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Can brain-injured patients participate in an aerobic exercise programme during early inpatient rehabilitation?

Jackson, Diana; Turner-Stokes, Lynne; Culpan, Jane; Bateman, Andrew; Scott, Oona; Powell, Jane H. and Greenwood, Richard. 2001. Can brain-injured patients participate in an aerobic exercise programme during early inpatient rehabilitation? Clinical Rehabilitation, 15(5), pp. 535-544. ISSN 02692155 [Article]

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Abstract or Description

Objective: We investigated the capacity of brain-injured patients to participate in an aerobic exercise programme early after injury.

Design: Retrospective analysis of exercise achievements in patients participating in a randomized controlled trial.

Setting and subjects: Ninety patients participated in an exercise training programme on a cycle ergometer at four inpatient neurological rehabilitation units for younger patients. At intake, impairments and function were rated on: Motricity Index, Ashworth Scale, Berg Balance Scale, Barthel Index and Functional Independence Measure.

Interventions: Patients cycled for up to 30 minutes three times weekly for 24–36 sessions over 12 weeks.

Main outcome measures: Exercise performance was measured by: (a) number of sessions to achieve a cycling time of 30 minutes, (b) overall mean cycling time per session over 24 sessions and (c) mean time per session cycling at >60% of age predicted maximum heart rate (HR max) over 24 sessions.

Results: Fifty-five patients completed 24 sessions. Thirty-five withdrew, largely for logistic reasons, before completing training; they were significantly less disabled than the 55 who remained. Forty-four of the 55 patients trained for an average of at least 20 minutes per session, 18 training at >60% HR max for this time. There were no differences in performance on the three exercise parameters between two groups of patients with baseline Barthel scores of ≤12 and ≥13.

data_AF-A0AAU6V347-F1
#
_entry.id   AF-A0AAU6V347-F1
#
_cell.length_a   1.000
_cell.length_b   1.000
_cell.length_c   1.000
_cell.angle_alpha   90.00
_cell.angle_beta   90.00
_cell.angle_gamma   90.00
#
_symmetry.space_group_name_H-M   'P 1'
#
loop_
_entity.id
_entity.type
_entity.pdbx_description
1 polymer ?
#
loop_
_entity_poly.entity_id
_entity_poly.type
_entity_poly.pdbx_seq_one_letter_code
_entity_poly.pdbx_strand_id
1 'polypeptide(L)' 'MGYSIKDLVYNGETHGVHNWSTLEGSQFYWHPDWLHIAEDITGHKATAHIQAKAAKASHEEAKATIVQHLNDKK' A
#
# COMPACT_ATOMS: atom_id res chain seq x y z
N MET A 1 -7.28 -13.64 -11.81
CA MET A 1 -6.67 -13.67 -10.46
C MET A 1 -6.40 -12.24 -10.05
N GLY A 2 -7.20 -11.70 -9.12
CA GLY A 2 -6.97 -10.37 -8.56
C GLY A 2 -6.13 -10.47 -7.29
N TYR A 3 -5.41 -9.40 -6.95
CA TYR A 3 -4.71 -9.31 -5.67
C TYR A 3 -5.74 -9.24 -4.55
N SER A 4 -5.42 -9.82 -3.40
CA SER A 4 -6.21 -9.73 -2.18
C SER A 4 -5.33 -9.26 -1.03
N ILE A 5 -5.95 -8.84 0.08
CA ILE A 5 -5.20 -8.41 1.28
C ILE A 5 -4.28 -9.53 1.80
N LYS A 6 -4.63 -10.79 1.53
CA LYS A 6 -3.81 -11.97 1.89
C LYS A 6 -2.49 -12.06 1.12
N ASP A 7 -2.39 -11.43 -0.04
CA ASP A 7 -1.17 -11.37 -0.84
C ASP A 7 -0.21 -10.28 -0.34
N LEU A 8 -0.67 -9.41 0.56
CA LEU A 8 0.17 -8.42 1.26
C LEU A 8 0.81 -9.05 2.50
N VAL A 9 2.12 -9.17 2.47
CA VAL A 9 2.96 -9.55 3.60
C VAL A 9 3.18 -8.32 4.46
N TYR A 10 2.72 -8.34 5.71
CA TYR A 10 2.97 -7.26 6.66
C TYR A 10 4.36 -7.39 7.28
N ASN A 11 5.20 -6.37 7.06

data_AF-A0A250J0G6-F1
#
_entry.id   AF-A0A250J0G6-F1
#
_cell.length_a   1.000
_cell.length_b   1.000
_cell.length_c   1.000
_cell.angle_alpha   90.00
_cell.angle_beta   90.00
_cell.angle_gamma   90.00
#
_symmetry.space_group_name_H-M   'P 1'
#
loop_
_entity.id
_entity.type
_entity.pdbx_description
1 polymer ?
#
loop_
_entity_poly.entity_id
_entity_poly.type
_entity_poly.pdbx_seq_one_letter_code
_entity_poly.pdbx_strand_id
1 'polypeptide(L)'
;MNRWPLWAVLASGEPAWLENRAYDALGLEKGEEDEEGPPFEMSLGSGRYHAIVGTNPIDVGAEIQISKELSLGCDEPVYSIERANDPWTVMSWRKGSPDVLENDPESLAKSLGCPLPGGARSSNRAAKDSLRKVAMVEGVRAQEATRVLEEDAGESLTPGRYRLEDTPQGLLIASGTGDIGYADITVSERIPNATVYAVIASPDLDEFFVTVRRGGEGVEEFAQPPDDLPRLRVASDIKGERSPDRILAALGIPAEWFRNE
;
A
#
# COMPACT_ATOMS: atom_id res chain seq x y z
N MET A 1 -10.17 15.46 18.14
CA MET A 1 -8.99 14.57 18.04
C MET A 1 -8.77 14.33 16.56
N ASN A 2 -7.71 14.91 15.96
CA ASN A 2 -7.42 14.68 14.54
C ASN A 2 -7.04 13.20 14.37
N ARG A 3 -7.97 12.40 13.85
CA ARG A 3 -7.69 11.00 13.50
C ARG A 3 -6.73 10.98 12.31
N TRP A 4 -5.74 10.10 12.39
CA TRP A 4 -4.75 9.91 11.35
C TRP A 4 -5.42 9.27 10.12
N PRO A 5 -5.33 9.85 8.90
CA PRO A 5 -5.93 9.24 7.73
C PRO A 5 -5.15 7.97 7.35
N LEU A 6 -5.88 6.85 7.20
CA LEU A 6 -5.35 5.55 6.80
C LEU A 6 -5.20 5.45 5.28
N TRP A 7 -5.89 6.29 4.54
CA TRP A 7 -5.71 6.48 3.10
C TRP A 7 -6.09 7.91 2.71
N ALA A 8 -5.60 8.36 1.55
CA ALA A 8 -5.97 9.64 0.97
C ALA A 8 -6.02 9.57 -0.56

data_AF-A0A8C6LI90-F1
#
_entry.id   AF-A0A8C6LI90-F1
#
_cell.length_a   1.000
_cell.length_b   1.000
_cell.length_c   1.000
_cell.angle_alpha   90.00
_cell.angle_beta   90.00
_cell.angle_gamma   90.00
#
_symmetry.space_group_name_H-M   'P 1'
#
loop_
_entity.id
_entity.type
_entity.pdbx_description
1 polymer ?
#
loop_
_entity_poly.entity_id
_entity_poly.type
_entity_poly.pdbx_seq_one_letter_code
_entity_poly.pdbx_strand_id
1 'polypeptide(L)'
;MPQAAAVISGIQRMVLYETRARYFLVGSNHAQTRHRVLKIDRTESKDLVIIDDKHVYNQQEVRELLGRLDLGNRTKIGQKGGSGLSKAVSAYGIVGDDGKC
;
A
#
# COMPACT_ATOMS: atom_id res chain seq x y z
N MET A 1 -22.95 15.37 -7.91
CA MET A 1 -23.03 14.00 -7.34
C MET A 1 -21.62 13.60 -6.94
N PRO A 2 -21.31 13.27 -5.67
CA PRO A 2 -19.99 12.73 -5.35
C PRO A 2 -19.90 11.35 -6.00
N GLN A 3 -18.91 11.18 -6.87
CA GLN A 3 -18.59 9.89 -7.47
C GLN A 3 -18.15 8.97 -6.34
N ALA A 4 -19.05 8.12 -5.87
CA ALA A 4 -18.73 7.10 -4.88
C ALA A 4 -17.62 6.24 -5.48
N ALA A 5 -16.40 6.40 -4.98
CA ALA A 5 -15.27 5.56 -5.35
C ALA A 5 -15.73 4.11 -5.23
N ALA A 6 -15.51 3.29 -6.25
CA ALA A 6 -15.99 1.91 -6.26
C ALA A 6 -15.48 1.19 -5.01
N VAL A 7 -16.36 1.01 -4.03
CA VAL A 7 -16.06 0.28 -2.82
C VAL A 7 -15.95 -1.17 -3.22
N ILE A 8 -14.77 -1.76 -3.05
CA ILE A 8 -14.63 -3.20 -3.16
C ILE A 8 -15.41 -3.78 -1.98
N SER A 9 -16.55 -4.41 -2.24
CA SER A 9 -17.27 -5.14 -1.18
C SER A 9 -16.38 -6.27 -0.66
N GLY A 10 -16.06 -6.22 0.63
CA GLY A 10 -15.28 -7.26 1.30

Conclusions: Brain-injured patients with a range of disabilities have the capacity to participate in an exercise programme during early inpatient rehabilitation, though some may take longer to achieve adequate intensity of aerobic exercise.

Item Type:

Article

Identification Number (DOI):

https://doi.org/10.1191/026921501680425252

Departments, Centres and Research Units:

Psychology

Dates:

DateEvent
2001Published

Item ID:

5411

Date Deposited:

28 Mar 2011 13:30

Last Modified:

04 Jul 2017 10:39

Peer Reviewed:

Yes, this version has been peer-reviewed.

URI:

http://research.gold.ac.uk/id/eprint/5411

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